Sermon at Grace Church
June 19, 2011 – Trinity Sunday A
by the Rev. Constance Jones
Grafton Baptist Church down on route 17
has one of those message boards you can’t resist reading,
and I’m sure they consider it part of their evangelism.
Naturally I like to check out the theology or the ecclesiology
or even the psychology of the message.
A week or so ago it read, “The truth of Scripture demolishes speculation.”
Now, if they’d said,
The richness of Scripture invites further inquiry into the depths of the heart of God,
I could go there. But demolishes speculation?
I love to speculate!
In today’s reading from the very end of the Gospel of Matthew,
there is this intriguing line:
When they saw him [that is, the risen Christ, about to ascend into heaven],
they worshiped him, but some doubted.
Now, it sounds to me as though those who worshiped Jesus
included both doubters and non-doubters.
All of them got commissioned to go forth and make disciples
and do all Jesus had taught and commanded.
All of them were promised that Jesus would be with them even to the end of time.
The Gospel of Matthew is all about inclusion –
inclusion of Gentiles, and evidently inclusion of doubters as well.
Well, what are we all being included into?
When we are baptized, what are we being baptized into?
One answer advanced by a whole swath of Christendom is:
We’ve been set aside by our baptism – the only way to be marked for Heaven.
Only those who profess Jesus as their Lord and Savior will be saved.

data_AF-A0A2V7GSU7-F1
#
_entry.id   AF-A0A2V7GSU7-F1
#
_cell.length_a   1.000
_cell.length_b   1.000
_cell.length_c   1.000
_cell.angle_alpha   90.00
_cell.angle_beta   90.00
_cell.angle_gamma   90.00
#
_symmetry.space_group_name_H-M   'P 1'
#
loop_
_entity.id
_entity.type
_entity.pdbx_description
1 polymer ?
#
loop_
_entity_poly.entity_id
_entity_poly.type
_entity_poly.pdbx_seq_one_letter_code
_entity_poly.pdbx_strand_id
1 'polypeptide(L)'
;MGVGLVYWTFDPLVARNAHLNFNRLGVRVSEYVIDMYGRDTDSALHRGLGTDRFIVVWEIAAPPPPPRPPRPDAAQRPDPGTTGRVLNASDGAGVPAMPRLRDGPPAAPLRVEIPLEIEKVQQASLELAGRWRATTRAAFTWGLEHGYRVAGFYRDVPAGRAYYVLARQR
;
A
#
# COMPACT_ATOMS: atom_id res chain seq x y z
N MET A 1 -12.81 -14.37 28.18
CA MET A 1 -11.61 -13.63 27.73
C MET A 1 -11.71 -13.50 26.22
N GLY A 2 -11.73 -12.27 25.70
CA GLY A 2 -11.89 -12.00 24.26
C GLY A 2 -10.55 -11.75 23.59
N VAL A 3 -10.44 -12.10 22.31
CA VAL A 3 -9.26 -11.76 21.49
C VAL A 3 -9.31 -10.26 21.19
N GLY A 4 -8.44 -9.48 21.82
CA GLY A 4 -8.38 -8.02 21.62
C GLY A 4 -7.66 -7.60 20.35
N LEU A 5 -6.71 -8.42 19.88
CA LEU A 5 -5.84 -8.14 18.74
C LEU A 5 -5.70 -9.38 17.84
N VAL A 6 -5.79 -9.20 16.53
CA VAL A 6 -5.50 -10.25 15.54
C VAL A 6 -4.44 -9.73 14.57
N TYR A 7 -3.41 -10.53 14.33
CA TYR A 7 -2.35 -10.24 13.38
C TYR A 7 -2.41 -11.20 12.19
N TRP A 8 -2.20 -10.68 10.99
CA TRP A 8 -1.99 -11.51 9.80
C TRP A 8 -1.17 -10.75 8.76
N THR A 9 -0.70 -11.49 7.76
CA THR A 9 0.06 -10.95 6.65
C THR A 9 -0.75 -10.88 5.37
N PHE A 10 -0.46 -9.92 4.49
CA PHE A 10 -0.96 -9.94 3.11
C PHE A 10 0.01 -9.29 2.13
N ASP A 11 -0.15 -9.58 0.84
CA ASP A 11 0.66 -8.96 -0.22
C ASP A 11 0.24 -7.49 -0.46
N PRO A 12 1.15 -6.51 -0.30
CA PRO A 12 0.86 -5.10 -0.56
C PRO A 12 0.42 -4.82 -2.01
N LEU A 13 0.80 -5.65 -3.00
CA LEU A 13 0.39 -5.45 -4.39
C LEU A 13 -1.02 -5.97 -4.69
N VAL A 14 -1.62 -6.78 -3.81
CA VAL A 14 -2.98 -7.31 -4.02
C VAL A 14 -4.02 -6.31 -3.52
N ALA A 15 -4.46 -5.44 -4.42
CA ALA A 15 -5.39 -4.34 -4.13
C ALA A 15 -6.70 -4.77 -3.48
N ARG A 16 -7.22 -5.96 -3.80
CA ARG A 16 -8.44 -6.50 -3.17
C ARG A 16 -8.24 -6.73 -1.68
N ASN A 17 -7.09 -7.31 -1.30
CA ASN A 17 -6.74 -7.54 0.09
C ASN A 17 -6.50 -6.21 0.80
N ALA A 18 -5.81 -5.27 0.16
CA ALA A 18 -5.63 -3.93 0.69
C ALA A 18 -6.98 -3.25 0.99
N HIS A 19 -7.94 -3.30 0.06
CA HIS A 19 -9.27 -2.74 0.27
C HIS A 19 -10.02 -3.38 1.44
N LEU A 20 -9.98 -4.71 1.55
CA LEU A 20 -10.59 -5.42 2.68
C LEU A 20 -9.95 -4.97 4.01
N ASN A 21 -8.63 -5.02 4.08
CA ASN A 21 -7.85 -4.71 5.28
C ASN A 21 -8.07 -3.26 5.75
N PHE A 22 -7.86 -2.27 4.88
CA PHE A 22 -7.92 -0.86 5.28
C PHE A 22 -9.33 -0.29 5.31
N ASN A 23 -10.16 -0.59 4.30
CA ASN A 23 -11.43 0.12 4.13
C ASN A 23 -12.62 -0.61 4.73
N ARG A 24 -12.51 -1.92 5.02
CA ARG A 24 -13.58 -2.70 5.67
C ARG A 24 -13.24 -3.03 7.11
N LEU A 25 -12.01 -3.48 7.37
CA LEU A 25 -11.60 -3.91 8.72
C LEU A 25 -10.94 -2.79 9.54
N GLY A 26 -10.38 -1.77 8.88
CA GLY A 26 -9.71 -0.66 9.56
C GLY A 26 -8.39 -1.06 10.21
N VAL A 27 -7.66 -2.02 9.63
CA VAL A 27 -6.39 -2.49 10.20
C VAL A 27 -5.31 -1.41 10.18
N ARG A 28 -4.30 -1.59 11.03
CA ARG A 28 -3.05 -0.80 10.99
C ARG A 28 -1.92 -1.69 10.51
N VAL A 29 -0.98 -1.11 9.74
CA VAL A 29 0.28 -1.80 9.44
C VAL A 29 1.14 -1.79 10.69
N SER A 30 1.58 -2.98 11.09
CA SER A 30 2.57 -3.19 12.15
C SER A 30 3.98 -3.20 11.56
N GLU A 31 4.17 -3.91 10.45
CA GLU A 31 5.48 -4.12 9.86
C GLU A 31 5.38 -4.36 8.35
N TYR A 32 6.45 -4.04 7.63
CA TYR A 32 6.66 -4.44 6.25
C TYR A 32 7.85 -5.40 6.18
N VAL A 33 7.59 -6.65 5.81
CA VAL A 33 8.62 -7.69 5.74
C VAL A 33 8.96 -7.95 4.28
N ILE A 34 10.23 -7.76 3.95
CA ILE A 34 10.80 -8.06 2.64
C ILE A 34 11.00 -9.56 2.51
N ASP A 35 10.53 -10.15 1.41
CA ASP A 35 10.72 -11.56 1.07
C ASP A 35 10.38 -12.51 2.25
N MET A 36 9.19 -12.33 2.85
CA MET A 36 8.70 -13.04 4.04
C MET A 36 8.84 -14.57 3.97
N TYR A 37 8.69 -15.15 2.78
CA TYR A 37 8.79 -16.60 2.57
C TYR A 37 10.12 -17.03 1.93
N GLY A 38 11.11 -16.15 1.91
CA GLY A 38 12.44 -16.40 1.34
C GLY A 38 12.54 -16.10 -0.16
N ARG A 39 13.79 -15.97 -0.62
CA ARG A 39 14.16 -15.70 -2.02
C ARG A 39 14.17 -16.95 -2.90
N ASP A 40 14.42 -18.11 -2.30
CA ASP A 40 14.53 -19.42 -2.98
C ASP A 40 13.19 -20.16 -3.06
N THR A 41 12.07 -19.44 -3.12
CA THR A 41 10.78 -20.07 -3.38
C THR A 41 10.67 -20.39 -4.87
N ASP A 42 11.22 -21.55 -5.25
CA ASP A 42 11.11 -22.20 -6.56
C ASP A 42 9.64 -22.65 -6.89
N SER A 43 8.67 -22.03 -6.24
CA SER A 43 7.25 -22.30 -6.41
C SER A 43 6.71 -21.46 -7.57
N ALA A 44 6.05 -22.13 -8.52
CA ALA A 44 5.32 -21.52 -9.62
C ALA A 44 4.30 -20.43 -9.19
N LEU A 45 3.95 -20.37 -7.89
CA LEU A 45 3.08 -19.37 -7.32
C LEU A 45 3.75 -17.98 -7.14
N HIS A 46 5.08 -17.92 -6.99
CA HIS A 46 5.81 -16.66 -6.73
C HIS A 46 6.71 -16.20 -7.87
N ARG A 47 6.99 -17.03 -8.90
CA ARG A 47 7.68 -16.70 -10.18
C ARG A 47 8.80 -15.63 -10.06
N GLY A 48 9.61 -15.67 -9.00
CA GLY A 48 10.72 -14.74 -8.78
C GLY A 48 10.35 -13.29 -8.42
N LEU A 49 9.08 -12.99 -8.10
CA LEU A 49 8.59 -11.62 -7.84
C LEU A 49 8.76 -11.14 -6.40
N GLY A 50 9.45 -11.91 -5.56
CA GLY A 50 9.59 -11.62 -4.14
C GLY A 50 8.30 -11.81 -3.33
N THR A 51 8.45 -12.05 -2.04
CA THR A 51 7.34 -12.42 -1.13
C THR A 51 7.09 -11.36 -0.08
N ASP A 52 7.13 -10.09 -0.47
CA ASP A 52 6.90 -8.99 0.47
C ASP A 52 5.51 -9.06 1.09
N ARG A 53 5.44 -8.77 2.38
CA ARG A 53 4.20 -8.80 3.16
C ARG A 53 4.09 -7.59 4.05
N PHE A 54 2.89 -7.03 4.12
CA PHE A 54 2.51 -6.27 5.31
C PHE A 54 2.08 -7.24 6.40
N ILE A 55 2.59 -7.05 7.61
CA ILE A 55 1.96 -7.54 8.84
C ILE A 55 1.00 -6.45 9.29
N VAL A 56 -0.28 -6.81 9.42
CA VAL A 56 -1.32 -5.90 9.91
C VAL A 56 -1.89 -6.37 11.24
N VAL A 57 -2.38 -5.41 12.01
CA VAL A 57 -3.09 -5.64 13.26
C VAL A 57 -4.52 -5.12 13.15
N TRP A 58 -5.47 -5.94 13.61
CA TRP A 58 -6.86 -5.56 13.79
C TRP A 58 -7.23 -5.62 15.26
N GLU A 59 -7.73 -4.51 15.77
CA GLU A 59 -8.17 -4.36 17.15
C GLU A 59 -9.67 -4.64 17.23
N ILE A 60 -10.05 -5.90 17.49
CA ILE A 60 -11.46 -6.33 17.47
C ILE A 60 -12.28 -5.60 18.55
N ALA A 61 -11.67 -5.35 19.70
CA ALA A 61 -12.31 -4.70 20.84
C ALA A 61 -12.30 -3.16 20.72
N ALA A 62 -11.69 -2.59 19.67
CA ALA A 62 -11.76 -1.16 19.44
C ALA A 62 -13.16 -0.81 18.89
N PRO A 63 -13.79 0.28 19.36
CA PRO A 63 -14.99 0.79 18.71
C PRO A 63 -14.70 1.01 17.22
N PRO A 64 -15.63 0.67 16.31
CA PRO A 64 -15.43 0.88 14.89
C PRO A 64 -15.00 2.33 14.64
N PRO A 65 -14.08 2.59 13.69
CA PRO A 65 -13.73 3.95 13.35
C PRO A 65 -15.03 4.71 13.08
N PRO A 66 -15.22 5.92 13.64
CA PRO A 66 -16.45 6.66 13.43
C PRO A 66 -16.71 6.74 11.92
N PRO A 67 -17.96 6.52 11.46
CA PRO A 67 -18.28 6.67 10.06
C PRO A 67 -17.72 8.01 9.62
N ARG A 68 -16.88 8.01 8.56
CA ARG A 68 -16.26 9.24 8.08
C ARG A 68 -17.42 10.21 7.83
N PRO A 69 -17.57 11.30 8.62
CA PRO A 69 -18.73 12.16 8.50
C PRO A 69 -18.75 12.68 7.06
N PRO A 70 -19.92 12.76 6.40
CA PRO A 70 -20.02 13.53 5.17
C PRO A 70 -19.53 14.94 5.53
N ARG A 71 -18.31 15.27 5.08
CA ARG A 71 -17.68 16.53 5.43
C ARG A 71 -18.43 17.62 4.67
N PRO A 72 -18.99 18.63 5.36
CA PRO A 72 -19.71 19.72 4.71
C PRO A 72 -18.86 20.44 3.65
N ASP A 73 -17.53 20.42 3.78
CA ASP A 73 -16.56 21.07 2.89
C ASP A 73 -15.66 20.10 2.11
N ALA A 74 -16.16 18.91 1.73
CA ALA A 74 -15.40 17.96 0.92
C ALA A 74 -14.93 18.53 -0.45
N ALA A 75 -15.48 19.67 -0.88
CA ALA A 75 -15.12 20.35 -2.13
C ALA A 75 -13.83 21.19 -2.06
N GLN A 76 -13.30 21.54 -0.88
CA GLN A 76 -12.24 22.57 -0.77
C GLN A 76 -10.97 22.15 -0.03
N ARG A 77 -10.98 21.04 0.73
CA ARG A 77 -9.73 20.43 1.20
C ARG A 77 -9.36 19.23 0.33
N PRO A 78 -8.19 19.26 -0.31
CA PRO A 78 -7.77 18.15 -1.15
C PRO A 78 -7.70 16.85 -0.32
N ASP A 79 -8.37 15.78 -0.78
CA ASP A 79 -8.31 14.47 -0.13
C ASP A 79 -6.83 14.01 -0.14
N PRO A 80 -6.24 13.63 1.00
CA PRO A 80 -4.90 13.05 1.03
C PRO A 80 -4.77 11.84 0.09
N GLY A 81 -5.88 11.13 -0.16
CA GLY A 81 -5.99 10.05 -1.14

But Jesus in that final passage in Matthew can’t possibly be talking
about having some correct passcode into an exclusive club,
because all of the Gospel of Matthew centers on Jesus’ teaching
about how to live as his disciple,
how to align ourselves with God’s vision of the kingdom of heaven.
In Matthew, Jesus is refreshingly clear about discipleship. It’s about how you live.
You feed people who are poor and hungry.
You love your antagonists and include everybody.
You pray and forgive and fast and make peace.
You leave the judging to God.
Mind you, this isn’t about earning your way into heaven.
Not possible. We’re too sinful.
It’s about being transformed in Christ, redeemed in our hearts, receiving God’s grace,
and then living out our Christ-likeness in tangible concrete ways.
Ways that you can see and detect and almost warm yourself from.
Many years ago I was in a college cafeteria line.
I wanted some plastic wrap to cover my sandwich for take-out.
Instead of being smart and asking for help,
I reached across the counter to snag some wrap
from one of those long industrial-sized rolls.
Reaching and stretching, I pulled some wrap along the jagged serrated cutter on the box.
I ripped the inside of my wrist instead of the plastic wrap.
Ripped into an artery, actually. I froze in shock.
But a young man, a complete stranger, put down his tray and stepped up to my side.
He said, “I won’t leave you until I see you are OK.”
A simple thing, but in that instant it was the voice of Christ beside me.
I have no doubt of it.
What a privilege that is to have happen to you.
What a privilege it is to be that for someone else.
Last week we celebrated the Pentecost,
the coming of the Holy Spirit upon Jesus’ disciples and upon all of us.
Here on Trinity Sunday we have Christ’s Great Commission.
Go out and make disciples of all nations,
baptize them and teach them all I have taught you.
The disciples had to figure out what to DO
with the power Jesus had given them through the Holy Spirit.
In the coming generations they made a church,
wrote sacred texts and canonized them – made them official.